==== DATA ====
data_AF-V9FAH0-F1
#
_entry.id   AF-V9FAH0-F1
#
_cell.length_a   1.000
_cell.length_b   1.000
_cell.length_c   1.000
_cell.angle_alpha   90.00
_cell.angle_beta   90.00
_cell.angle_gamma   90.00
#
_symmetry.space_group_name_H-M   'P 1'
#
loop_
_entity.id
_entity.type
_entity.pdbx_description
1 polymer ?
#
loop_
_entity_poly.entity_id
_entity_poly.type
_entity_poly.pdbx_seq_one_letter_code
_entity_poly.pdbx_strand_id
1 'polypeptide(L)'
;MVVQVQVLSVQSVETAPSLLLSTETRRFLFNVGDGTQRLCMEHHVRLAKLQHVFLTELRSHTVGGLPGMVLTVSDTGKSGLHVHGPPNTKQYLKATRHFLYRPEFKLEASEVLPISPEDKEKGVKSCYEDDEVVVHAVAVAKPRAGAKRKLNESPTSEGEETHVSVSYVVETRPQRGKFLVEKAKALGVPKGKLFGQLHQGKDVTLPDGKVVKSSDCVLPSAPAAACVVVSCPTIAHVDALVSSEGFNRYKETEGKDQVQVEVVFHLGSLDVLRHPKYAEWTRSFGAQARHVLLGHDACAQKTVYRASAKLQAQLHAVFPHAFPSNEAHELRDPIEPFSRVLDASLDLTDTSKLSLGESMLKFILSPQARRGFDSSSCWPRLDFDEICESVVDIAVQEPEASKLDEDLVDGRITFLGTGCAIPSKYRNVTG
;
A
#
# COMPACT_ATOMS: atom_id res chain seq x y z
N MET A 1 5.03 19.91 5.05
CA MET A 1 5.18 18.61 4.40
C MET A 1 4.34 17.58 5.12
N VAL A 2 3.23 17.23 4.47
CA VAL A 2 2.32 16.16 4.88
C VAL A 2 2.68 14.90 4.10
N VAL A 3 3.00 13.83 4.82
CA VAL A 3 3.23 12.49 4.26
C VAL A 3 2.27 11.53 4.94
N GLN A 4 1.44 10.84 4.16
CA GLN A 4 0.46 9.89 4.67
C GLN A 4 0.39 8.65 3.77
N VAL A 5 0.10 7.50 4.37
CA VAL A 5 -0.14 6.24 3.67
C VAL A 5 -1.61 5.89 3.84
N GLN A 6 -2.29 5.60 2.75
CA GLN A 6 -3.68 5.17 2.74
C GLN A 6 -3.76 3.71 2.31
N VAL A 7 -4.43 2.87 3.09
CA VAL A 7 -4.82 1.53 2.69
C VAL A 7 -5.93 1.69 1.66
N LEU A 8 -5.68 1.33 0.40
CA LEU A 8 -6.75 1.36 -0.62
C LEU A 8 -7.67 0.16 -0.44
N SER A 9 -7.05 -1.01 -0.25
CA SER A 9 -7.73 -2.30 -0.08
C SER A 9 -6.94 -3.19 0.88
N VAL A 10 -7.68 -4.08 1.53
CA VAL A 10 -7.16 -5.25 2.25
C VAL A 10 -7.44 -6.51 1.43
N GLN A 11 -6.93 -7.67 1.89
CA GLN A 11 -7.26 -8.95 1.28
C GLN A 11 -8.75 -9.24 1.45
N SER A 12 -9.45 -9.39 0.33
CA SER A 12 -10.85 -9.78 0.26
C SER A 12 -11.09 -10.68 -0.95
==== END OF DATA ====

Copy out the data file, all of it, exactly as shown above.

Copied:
data_AF-V9FAH0-F1
#
_entry.id   AF-V9FAH0-F1
#
_cell.length_a   1.000
_cell.length_b   1.000
_cell.length_c   1.000
_cell.angle_alpha   90.00
_cell.angle_beta   90.00
_cell.angle_gamma   90.00
#
_symmetry.space_group_name_H-M   'P 1'
#
loop_
_entity.id
_entity.type
_entity.pdbx_description
1 polymer ?
#
loop_
_entity_poly.entity_id
_entity_poly.type
_entity_poly.pdbx_seq_one_letter_code
_entity_poly.pdbx_strand_id
1 'polypeptide(L)'
;MVVQVQVLSVQSVETAPSLLLSTETRRFLFNVGDGTQRLCMEHHVRLAKLQHVFLTELRSHTVGGLPGMVLTVSDTGKSGLHVHGPPNTKQYLKATRHFLYRPEFKLEASEVLPISPEDKEKGVKSCYEDDEVVVHAVAVAKPRAGAKRKLNESPTSEGEETHVSVSYVVETRPQRGKFLVEKAKALGVPKGKLFGQLHQGKDVTLPDGKVVKSSDCVLPSAPAAACVVVSCPTIAHVDALVSSEGFNRYKETEGKDQVQVEVVFHLGSLDVLRHPKYAEWTRSFGAQARHVLLGHDACAQKTVYRASAKLQAQLHAVFPHAFPSNEAHELRDPIEPFSRVLDASLDLTDTSKLSLGESMLKFILSPQARRGFDSSSCWPRLDFDEICESVVDIAVQEPEASKLDEDLVDGRITFLGTGCAIPSKYRNVTG
;
A
#
# COMPACT_ATOMS: atom_id res chain seq x y z
N MET A 1 5.03 19.91 5.05
CA MET A 1 5.18 18.61 4.40
C MET A 1 4.34 17.58 5.12
N VAL A 2 3.23 17.23 4.47
CA VAL A 2 2.32 16.16 4.88
C VAL A 2 2.68 14.90 4.10
N VAL A 3 3.00 13.83 4.82
CA VAL A 3 3.23 12.49 4.26
C VAL A 3 2.27 11.53 4.94
N GLN A 4 1.44 10.84 4.16
CA GLN A 4 0.46 9.89 4.67
C GLN A 4 0.39 8.65 3.77
N VAL A 5 0.10 7.50 4.37
CA VAL A 5 -0.14 6.24 3.67
C VAL A 5 -1.61 5.89 3.84
N GLN A 6 -2.29 5.60 2.75
CA GLN A 6 -3.68 5.17 2.74
C GLN A 6 -3.76 3.71 2.31
N VAL A 7 -4.43 2.87 3.09
CA VAL A 7 -4.82 1.53 2.69
C VAL A 7 -5.93 1.69 1.66
N LEU A 8 -5.68 1.33 0.40
CA LEU A 8 -6.75 1.36 -0.62
C LEU A 8 -7.67 0.16 -0.44
N SER A 9 -7.05 -1.01 -0.25
CA SER A 9 -7.73 -2.30 -0.08
C SER A 9 -6.94 -3.19 0.88
N VAL A 10 -7.68 -4.08 1.53
CA VAL A 10 -7.16 -5.25 2.25
C VAL A 10 -7.44 -6.51 1.43
N GLN A 11 -6.93 -7.67 1.89
CA GLN A 11 -7.26 -8.95 1.28
C GLN A 11 -8.75 -9.24 1.45
N SER A 12 -9.45 -9.39 0.33
CA SER A 12 -10.85 -9.78 0.26
C SER A 12 -11.09 -10.68 -0.95